Since, under tax reform, the corporate tax rate will be lower in the future than what had previously been in effect, more voluntary defined benefit (DB) plan contribution activity is expected, according to Michael A. Moran, CFA, managing director and chief pension strategist with Goldman Sachs Asset Management (GSAM).
In a Q&A on GSAM’s website, Moran explains that contributions to corporate DB plans are generally tax deductible up to certain limits. For plan sponsors that were contemplating making a contribution in future years, some decided to accelerate that contribution into 2017 in order to reap the benefits of getting the tax deduction at a higher rate. GSAM observed that Kroger and Valvoline are two examples of companies that explicitly cited potential corporate tax reform as one of the reasons for making a voluntary contribution earlier in 2017.
According to Moran, since plan sponsors can under certain circumstances make a contribution up to eight and one-half months after the end of the year and still have it count as a deduction for the previous tax year, the firm expects voluntary contribution activity to continue into 2018 where sponsors claim a deduction at their former, higher tax rate.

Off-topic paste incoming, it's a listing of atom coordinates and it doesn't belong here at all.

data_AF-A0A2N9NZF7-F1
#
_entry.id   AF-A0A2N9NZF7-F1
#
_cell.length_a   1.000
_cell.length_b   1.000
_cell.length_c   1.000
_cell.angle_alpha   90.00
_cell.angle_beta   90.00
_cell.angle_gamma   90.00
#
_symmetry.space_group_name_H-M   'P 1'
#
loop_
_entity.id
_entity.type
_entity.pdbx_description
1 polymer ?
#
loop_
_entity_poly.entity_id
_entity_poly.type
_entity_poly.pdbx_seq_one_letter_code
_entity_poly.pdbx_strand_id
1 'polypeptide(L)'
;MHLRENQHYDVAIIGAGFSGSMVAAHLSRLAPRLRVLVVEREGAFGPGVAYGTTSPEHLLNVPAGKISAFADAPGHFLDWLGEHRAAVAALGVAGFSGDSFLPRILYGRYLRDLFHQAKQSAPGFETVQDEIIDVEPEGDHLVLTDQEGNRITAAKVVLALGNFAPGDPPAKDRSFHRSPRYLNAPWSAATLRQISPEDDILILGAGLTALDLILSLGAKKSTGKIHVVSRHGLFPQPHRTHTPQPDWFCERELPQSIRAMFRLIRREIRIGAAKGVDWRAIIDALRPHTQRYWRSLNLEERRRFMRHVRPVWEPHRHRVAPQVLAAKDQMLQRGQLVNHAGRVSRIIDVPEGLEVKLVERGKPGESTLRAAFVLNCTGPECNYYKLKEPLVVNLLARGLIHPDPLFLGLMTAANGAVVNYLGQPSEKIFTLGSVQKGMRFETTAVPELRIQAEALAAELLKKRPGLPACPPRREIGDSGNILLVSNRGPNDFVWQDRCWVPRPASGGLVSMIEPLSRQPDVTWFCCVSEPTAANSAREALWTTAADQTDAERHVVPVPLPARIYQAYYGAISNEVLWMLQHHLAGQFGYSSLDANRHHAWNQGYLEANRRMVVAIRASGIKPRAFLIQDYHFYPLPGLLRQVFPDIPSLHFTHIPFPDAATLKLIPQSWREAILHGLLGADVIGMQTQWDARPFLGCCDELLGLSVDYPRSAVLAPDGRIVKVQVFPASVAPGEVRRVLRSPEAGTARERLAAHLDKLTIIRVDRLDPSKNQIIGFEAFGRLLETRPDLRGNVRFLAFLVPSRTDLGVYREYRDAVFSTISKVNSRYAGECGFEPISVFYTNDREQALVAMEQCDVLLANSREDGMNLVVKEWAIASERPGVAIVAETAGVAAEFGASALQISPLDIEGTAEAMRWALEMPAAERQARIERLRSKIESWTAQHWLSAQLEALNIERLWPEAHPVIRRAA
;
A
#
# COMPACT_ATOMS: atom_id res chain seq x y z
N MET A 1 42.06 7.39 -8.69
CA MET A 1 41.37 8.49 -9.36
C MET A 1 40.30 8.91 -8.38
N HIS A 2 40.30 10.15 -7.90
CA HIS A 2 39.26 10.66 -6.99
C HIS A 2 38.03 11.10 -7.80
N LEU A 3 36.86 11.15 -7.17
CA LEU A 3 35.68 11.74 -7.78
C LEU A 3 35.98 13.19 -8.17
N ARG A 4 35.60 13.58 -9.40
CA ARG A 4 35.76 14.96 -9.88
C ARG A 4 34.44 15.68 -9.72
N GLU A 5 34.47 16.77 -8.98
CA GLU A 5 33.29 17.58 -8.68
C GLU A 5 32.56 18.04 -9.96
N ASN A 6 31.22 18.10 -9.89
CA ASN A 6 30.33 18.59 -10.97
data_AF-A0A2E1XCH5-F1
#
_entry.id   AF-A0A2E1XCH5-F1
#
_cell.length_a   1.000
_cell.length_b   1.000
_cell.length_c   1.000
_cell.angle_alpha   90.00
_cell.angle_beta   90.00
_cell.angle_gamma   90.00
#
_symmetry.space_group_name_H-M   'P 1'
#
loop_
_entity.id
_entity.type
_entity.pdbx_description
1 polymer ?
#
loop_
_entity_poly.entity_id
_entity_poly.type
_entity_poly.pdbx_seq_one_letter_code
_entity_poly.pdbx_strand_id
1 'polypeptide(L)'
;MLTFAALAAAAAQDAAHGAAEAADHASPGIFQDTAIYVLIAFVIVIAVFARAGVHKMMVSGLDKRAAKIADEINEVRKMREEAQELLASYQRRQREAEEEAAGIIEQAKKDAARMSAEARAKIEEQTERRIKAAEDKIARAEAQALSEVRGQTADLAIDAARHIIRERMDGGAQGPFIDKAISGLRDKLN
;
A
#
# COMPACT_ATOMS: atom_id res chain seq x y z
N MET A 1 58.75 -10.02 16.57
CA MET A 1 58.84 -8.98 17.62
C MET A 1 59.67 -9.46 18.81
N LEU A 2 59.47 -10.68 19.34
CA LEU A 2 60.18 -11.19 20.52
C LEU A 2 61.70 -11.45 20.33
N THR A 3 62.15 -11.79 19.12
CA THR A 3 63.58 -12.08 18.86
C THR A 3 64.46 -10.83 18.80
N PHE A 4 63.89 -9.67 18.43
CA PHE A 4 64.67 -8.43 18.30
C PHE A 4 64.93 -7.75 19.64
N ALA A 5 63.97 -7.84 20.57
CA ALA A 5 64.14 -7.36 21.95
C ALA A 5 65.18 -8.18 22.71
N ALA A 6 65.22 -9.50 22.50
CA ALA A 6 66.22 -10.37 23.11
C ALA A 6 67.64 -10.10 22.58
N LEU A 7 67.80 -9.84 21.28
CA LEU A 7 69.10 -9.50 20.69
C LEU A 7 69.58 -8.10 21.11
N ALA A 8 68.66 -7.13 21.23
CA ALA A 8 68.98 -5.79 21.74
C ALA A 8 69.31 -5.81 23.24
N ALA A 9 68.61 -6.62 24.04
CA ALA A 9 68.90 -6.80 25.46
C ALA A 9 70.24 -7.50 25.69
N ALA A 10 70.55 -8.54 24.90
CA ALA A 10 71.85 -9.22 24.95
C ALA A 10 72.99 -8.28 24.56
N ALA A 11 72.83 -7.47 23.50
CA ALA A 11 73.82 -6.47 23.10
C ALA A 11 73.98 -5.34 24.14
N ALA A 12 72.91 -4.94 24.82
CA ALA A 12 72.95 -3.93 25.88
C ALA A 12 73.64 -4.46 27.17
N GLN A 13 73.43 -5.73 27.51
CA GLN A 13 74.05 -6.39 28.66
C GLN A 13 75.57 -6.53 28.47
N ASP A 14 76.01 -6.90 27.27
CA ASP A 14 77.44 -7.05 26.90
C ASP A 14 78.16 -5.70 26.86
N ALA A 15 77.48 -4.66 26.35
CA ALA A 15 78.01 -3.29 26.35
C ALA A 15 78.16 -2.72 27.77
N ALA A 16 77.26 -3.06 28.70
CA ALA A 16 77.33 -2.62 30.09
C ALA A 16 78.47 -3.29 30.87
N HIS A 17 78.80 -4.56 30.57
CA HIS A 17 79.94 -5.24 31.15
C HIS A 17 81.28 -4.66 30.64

In addition, changes to repatriation rules under tax reform may make foreign cash more accessible for U.S. multi-nationals, which may enable them to continue to make voluntary contributions in the future. Moran says estimates of overseas cash for U.S. companies have been in the range of $1 to $2.5 trillion.
He points out there have been several other factors which have also provided plan sponsors with an incentive to put more money into their plans sooner rather than later, including Pension Benefit Guaranty Corporation (PBGC) premiums.
Increased contribution activity leads to higher funded ratios which may be a catalyst for more de-risking activities, according to Moran. This may take the form of increased allocations to long duration fixed income, to better match plan liabilities, as well as more risk transfer activities since better funded plans make it easier for the plan sponsor to transfer liabilities to a third-party insurance company.
However, he notes that some DB plan sponsors may not find a borrow-to-fund strategy as compelling as before the enactment of tax reform. “In particular, for certain companies, interest deductions are generally limited to 30% of Earnings Before Interest, Taxes, Depreciation and Amortization (EBITDA) for tax years beginning before 1/1/2022, and to 30% of Earnings Before Interest and Taxes (EBIT) for subsequent tax years. Given this, the ability to use existing corporate cash for pension funding may become more critical,” he says.
Moran also warns that increased flexibility around cash may mean that some U.S. multi-nationals may not need to issue as many bonds going forward to fund buybacks, dividend increases, capital expenditures, etc. “Just as more corporate DB plans are looking to add long-duration fixed income to their portfolios as funded ratios move higher from contribution activity, the new supply of long duration fixed income securities may decline,” he says.